Last week, I asked NewsDash readers,”Have you obtained a retirement readiness gap analysis; how did it make you feel in terms of being prepared or on track for retirement; and did it motivate you to take certain savings actions?”
More than six in 10 (61.1%) of responding readers work in a plan sponsor role, while 13.9% are advisers/consultants, 19.4% are TPAs/recordkeepers/investment managers, 2.8% are attorneys and 2.8% are CPAs.
Nearly all (91.9%) of respondents have obtained a retirement readiness gap analysis for themselves. Among those, one-quarter said it made them feel very prepared for retirement, and 36.1% indicated it made them feel somewhat prepared. In addition, 5.5% reported it made them feel on track for preparedness.
However, 22.2% of respondents indicated the gap analysis made them feel somewhat behind in preparing for retirement; 2.8% said it made them feel not prepared and not on track, and 8.3% reported they were not sure or they didn’t obtain a gap analysis.
As for motivation to take action, one-quarter of respondents increased their savings rate in response to the gap analysis, 22.2% changed investment options and 16.7% scheduled a one-on-one planning session with a retirement plan provider or adviser. Only 2.8% signed up for automatic deferral percentage increases (if available in their plan), while another 2.8% said they took all of the following actions in response to the gap analysis. Nearly four in 10 (38.9%) took none of the action.
Thoughts about gap analyses were mixed, with some saying the limited input and questionable projections make them unrealistic and others saying they are a helpful tool and result in better savings actions. There were also some who noted a gap analysis can be very discouraging. Editor’s Choice goes to the reader who said, “It appears that I will be a NewsDash reader for many more years!”A big thank you to everyone who participated in the survey!
I think it either makes you feel prepared or makes you feel overwhelmed and that retirement preparedness is unrealistic.
It is frustrating to see the gap increase when my salary and contributions increase, and due to downturns in the market!
Many that I have seen fail to include a spouse's information or in some cases, Social Security. Most also have a simplistic approach to the amount of retirement income needed. Others merely project based on expected returns and inflation rather than use a Monte Carlo analysis.
The tool available to us does not have a good way to include assets outside of the plan in the analysis. That makes it relatively useless.
Have also received analysis which shows I am very prepared. Not sure how valuable any of them were.
Fundamentally flawed, unless they are personalized to take into account ALL assets and specific income needs in retirement. Is mortgage paid off? Kids still in college? Any debt? Taking care of elderly parents? There may be some benefit to waking people up to the need to save, but the off-the-shelf analyses aren't likely to come close to reality.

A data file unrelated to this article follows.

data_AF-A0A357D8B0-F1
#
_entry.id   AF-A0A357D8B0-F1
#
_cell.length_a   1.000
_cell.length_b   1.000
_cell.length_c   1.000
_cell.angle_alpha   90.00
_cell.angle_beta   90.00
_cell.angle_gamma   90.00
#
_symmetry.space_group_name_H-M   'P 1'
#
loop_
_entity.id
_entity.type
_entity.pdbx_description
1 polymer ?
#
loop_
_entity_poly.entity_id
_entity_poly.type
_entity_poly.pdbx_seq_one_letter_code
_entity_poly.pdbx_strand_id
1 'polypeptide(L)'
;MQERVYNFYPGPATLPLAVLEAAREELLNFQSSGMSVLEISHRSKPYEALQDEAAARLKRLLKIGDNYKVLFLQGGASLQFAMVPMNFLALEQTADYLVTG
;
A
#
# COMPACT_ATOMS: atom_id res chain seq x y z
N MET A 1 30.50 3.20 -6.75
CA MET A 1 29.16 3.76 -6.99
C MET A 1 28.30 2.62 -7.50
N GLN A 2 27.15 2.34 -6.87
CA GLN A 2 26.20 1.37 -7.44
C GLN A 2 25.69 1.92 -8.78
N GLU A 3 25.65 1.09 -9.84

Since our approach as always been to save as much as possible, we're okay. Some years that included new houses or layoffs vary, understandably. I like working in this industry...that's certainly helped me be prepared. Shame on me if I were not on track.
Someday I hope to retire and enjoy umbrella drinks on a white sand beach, but instead I fear I will keel over with my fingers posed above a keyboard...
Not sure what assumptions are used to calculate, I guess it only emphasizes the more you save the better off you are.This would be more useful than just info on what you have in place
As a prophet for retirement savings, my role is to demonstrate that few things are harder to deal with than the annoyance of a good example.
We encouraged our entire firm to do this and had @ 50 people (out of @ 330) take advantage of it and receive one. It definitely altered some savings plans and helped to increase savings for many.
The gap analysis is only as good as the person preparing and delivering it.
This sort of thing doesn't motivate me because a snapshot from just one of my accounts means nothing. In order to really know my "readiness", I would need an aggregate of all my retirement money and this does not do it, so overall pretty worthless information.
It appears that I will be a NewsDash reader for many more years!
The cobbler's kids never have shoes, and all too often those of us "in" this business are better at telling others what to do than to do it ourselves. Everyone ought to go through this process at least once a year, if only to experience first-hand what we criticize others for not doing...
The forecasting model and gap analysis are great tools for our participants.
Encouraged others to review their plan, as well, scary to see how little we have to live on in retirement, reality is here, too close to make any substantial changes now!
For me at age 60, not soon enough. Glad that younger employees are getting more information than what was available to me. I'll be working into my 70s at this point.
I feel very fortunate to have worked with retirement plans over the past 25 years. I hope to have saved way too much money to spend in my retirement!
NOTE: Responses reflect the opinions of individual readers and not necessarily the stance of Asset International or its affiliates.